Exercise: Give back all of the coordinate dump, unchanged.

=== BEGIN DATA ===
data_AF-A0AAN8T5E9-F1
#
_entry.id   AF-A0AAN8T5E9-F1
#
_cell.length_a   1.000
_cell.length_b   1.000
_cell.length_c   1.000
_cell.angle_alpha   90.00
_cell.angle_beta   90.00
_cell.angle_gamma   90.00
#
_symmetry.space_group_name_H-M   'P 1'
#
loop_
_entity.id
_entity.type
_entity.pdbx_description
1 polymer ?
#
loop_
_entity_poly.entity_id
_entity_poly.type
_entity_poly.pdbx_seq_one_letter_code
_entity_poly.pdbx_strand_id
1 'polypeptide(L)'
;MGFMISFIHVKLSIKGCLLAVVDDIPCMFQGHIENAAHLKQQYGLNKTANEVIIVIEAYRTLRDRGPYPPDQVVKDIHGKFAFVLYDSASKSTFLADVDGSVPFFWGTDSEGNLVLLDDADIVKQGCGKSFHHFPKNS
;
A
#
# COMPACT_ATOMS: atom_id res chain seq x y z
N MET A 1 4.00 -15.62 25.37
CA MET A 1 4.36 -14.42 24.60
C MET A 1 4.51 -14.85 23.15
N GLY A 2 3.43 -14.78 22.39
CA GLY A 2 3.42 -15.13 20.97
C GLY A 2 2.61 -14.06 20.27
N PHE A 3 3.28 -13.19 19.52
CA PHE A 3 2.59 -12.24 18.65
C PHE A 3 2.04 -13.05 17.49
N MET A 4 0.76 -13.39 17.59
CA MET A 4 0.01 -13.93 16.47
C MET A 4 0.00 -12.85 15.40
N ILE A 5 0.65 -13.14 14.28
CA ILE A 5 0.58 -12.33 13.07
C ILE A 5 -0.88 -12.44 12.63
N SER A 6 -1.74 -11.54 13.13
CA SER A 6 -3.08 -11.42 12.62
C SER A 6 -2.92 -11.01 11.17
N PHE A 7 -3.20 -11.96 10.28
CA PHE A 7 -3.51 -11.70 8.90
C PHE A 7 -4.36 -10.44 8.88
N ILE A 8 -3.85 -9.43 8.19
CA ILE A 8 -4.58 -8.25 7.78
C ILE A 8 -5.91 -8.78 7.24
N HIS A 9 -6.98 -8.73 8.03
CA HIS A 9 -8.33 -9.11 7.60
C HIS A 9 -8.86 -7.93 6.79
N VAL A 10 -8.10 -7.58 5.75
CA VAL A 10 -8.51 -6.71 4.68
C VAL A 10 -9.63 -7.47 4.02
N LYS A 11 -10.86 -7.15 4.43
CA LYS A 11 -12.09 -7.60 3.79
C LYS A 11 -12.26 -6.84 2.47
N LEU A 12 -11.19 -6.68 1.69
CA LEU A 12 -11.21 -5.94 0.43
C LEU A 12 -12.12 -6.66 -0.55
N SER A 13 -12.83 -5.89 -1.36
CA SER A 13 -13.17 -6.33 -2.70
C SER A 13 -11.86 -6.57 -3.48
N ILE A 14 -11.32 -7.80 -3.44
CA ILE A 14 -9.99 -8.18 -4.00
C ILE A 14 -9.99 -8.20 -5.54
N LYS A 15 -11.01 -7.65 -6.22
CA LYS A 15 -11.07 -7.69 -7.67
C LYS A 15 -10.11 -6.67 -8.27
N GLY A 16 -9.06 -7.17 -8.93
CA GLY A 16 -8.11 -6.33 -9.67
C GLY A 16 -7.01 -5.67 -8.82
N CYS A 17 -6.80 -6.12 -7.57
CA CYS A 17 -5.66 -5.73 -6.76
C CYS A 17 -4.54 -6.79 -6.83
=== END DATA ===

data_AF-A0AAN8T5E9-F1
#
_entry.id   AF-A0AAN8T5E9-F1
#
_cell.length_a   1.000
_cell.length_b   1.000
_cell.length_c   1.000
_cell.angle_alpha   90.00
_cell.angle_beta   90.00
_cell.angle_gamma   90.00
#
_symmetry.space_group_name_H-M   'P 1'
#
loop_
_entity.id
_entity.type
_entity.pdbx_description
1 polymer ?
#
loop_
_entity_poly.entity_id
_entity_poly.type
_entity_poly.pdbx_seq_one_letter_code
_entity_poly.pdbx_strand_id
1 'polypeptide(L)'
;MGFMISFIHVKLSIKGCLLAVVDDIPCMFQGHIENAAHLKQQYGLNKTANEVIIVIEAYRTLRDRGPYPPDQVVKDIHGKFAFVLYDSASKSTFLADVDGSVPFFWGTDSEGNLVLLDDADIVKQGCGKSFHHFPKNS
;
A
#
# COMPACT_ATOMS: atom_id res chain seq x y z
N MET A 1 4.00 -15.62 25.37
CA MET A 1 4.36 -14.42 24.60
C MET A 1 4.51 -14.85 23.15
N GLY A 2 3.43 -14.78 22.39
CA GLY A 2 3.42 -15.13 20.97
C GLY A 2 2.61 -14.06 20.27
N PHE A 3 3.28 -13.19 19.52
CA PHE A 3 2.59 -12.24 18.65
C PHE A 3 2.04 -13.05 17.49
N MET A 4 0.76 -13.39 17.59
CA MET A 4 0.01 -13.93 16.47
C MET A 4 0.00 -12.85 15.40
N ILE A 5 0.65 -13.14 14.28
CA ILE A 5 0.58 -12.33 13.07
C ILE A 5 -0.88 -12.44 12.63
N SER A 6 -1.74 -11.54 13.13
CA SER A 6 -3.08 -11.42 12.62
C SER A 6 -2.92 -11.01 11.17
N PHE A 7 -3.20 -11.96 10.28
CA PHE A 7 -3.51 -11.70 8.90
C PHE A 7 -4.36 -10.44 8.88
N ILE A 8 -3.85 -9.43 8.19
CA ILE A 8 -4.58 -8.25 7.78
C ILE A 8 -5.91 -8.78 7.24
N HIS A 9 -6.98 -8.73 8.03
CA HIS A 9 -8.33 -9.11 7.60
C HIS A 9 -8.86 -7.93 6.79
N VAL A 10 -8.10 -7.58 5.75
CA VAL A 10 -8.51 -6.71 4.68
C VAL A 10 -9.63 -7.47 4.02
N LYS A 11 -10.86 -7.15 4.43
CA LYS A 11 -12.09 -7.60 3.79
C LYS A 11 -12.26 -6.84 2.47
N LEU A 12 -11.19 -6.68 1.69
CA LEU A 12 -11.21 -5.94 0.43
C LEU A 12 -12.12 -6.66 -0.55
N SER A 13 -12.83 -5.89 -1.36
CA SER A 13 -13.17 -6.33 -2.70
C SER A 13 -11.86 -6.57 -3.48
N ILE A 14 -11.32 -7.80 -3.44
CA ILE A 14 -9.99 -8.18 -4.00
C ILE A 14 -9.99 -8.20 -5.54
N LYS A 15 -11.01 -7.65 -6.22
CA LYS A 15 -11.07 -7.69 -7.67
C LYS A 15 -10.11 -6.67 -8.27
N GLY A 16 -9.06 -7.17 -8.93
CA GLY A 16 -8.11 -6.33 -9.67
C GLY A 16 -7.01 -5.67 -8.82
N CYS A 17 -6.80 -6.12 -7.57
CA CYS A 17 -5.66 -5.73 -6.76
C CYS A 17 -4.54 -6.79 -6.83